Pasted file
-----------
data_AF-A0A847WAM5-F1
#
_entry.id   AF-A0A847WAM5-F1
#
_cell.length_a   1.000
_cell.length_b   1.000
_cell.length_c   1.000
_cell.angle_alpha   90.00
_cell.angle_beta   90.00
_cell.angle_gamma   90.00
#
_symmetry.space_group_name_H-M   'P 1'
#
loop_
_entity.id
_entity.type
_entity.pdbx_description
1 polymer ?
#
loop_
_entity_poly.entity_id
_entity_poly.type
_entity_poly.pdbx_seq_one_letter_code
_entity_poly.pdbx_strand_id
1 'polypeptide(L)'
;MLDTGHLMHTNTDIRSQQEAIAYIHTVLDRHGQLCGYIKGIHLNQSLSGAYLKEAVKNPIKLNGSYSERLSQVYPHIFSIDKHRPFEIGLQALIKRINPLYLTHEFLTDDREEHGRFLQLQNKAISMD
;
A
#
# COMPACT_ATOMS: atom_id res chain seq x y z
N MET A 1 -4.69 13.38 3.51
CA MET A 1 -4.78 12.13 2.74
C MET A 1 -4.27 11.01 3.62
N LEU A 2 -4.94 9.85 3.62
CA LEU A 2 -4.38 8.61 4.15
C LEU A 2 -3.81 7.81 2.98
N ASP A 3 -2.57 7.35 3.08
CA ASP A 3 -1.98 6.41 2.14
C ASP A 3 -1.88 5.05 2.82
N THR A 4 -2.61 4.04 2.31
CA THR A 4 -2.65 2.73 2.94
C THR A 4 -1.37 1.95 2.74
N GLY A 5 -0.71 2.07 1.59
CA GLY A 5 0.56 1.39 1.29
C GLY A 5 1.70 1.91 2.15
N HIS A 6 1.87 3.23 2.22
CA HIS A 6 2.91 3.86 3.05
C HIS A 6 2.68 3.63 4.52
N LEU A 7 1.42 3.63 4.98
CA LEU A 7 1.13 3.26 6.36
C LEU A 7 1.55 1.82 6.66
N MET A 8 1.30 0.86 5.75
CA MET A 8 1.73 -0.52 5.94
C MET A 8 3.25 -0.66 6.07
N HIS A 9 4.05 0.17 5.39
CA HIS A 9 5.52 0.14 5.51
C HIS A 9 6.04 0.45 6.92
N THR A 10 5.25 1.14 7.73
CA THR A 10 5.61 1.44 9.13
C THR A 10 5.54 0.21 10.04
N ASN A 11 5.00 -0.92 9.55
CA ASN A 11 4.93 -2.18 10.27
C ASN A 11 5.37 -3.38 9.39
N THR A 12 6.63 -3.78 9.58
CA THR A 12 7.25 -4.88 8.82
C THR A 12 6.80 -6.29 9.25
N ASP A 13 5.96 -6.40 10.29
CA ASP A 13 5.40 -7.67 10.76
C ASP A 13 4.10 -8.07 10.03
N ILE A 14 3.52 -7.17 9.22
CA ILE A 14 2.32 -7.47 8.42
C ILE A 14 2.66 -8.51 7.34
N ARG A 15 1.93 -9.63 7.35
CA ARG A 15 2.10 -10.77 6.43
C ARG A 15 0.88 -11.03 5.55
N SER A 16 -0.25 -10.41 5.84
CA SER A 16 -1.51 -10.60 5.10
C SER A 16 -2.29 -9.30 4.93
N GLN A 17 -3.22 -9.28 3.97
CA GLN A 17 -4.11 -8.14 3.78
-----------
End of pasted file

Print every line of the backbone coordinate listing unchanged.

data_AF-A0A847WAM5-F1
#
_entry.id   AF-A0A847WAM5-F1
#
_cell.length_a   1.000
_cell.length_b   1.000
_cell.length_c   1.000
_cell.angle_alpha   90.00
_cell.angle_beta   90.00
_cell.angle_gamma   90.00
#
_symmetry.space_group_name_H-M   'P 1'
#
loop_
_entity.id
_entity.type
_entity.pdbx_description
1 polymer ?
#
loop_
_entity_poly.entity_id
_entity_poly.type
_entity_poly.pdbx_seq_one_letter_code
_entity_poly.pdbx_strand_id
1 'polypeptide(L)'
;MLDTGHLMHTNTDIRSQQEAIAYIHTVLDRHGQLCGYIKGIHLNQSLSGAYLKEAVKNPIKLNGSYSERLSQVYPHIFSIDKHRPFEIGLQALIKRINPLYLTHEFLTDDREEHGRFLQLQNKAISMD
;
A
#
# COMPACT_ATOMS: atom_id res chain seq x y z
N MET A 1 -4.69 13.38 3.51
CA MET A 1 -4.78 12.13 2.74
C MET A 1 -4.27 11.01 3.62
N LEU A 2 -4.94 9.85 3.62
CA LEU A 2 -4.38 8.61 4.15
C LEU A 2 -3.81 7.81 2.98
N ASP A 3 -2.57 7.35 3.08
CA ASP A 3 -1.98 6.41 2.14
C ASP A 3 -1.88 5.05 2.82
N THR A 4 -2.61 4.04 2.31
CA THR A 4 -2.65 2.73 2.94
C THR A 4 -1.37 1.95 2.74
N GLY A 5 -0.71 2.07 1.59
CA GLY A 5 0.56 1.39 1.29
C GLY A 5 1.70 1.91 2.15
N HIS A 6 1.87 3.23 2.22
CA HIS A 6 2.91 3.86 3.05
C HIS A 6 2.68 3.63 4.52
N LEU A 7 1.42 3.63 4.98
CA LEU A 7 1.13 3.26 6.36
C LEU A 7 1.55 1.82 6.66
N MET A 8 1.30 0.86 5.75
CA MET A 8 1.73 -0.52 5.94
C MET A 8 3.25 -0.66 6.07
N HIS A 9 4.05 0.17 5.39
CA HIS A 9 5.52 0.14 5.51
C HIS A 9 6.04 0.45 6.92
N THR A 10 5.25 1.14 7.73
CA THR A 10 5.61 1.44 9.13
C THR A 10 5.54 0.21 10.04
N ASN A 11 5.00 -0.92 9.55
CA ASN A 11 4.93 -2.18 10.27
C ASN A 11 5.37 -3.38 9.39
N THR A 12 6.63 -3.78 9.58
CA THR A 12 7.25 -4.88 8.82
C THR A 12 6.80 -6.29 9.25
N ASP A 13 5.96 -6.40 10.29
CA ASP A 13 5.40 -7.67 10.76
C ASP A 13 4.10 -8.07 10.03
N ILE A 14 3.52 -7.17 9.22
CA ILE A 14 2.32 -7.47 8.42
C ILE A 14 2.66 -8.51 7.34
N ARG A 15 1.93 -9.63 7.35
CA ARG A 15 2.10 -10.77 6.43
C ARG A 15 0.88 -11.03 5.55
N SER A 16 -0.25 -10.41 5.84
CA SER A 16 -1.51 -10.60 5.10
C SER A 16 -2.29 -9.30 4.93
N GLN A 17 -3.22 -9.28 3.97
CA GLN A 17 -4.11 -8.14 3.78